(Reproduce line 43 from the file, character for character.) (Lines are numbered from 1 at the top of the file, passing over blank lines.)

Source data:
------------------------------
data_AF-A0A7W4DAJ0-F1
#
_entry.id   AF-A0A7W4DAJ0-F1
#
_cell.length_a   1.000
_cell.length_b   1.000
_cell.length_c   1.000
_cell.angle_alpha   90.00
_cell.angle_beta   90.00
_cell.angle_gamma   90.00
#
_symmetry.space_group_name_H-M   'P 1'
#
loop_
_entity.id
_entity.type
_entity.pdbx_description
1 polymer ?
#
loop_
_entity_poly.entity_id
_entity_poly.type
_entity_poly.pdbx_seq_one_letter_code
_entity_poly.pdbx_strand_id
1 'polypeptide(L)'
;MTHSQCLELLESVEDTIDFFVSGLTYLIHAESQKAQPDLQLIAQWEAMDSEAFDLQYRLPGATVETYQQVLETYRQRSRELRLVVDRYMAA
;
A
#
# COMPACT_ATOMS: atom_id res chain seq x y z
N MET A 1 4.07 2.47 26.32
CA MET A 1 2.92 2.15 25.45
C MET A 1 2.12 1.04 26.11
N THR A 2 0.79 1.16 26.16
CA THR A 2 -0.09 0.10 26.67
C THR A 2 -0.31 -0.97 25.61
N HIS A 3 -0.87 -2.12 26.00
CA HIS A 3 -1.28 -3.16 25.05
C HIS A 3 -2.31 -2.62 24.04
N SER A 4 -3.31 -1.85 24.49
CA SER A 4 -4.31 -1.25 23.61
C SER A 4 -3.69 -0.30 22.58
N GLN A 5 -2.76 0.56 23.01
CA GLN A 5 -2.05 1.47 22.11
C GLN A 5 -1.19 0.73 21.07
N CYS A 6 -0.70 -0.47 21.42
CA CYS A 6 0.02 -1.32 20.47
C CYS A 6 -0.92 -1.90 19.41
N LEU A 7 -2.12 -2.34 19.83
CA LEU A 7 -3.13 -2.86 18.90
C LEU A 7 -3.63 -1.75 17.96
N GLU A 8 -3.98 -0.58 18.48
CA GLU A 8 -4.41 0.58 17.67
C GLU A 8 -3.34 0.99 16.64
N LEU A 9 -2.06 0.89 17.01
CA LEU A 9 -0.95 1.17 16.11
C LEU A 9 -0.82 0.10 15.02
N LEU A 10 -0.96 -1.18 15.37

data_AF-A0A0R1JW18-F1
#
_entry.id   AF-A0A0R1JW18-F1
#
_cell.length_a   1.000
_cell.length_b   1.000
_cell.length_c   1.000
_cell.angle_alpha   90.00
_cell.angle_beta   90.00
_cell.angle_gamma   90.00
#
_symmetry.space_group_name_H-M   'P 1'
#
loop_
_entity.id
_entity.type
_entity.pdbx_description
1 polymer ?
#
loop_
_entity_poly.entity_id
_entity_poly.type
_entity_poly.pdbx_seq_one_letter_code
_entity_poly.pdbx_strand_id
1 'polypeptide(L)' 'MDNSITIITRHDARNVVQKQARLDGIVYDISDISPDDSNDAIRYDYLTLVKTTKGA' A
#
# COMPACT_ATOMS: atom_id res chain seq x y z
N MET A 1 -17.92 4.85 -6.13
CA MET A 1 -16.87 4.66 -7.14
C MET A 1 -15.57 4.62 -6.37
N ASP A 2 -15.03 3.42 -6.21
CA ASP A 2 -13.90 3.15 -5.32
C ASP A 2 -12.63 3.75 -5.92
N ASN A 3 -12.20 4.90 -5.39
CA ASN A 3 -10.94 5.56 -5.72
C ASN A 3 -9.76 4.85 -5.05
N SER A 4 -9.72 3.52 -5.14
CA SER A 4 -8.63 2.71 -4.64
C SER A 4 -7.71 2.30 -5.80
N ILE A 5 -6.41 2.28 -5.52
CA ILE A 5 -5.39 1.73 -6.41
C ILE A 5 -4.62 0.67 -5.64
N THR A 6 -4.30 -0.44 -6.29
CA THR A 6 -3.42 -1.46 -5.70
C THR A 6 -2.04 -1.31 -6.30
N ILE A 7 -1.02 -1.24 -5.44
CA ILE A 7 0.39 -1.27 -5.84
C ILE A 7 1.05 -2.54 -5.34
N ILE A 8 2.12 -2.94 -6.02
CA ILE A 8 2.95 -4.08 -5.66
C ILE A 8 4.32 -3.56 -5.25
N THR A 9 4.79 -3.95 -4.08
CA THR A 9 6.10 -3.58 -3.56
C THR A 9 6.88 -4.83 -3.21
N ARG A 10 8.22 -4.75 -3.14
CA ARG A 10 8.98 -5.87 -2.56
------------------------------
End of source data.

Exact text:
N GLN A 5 -2.76 0.56 23.01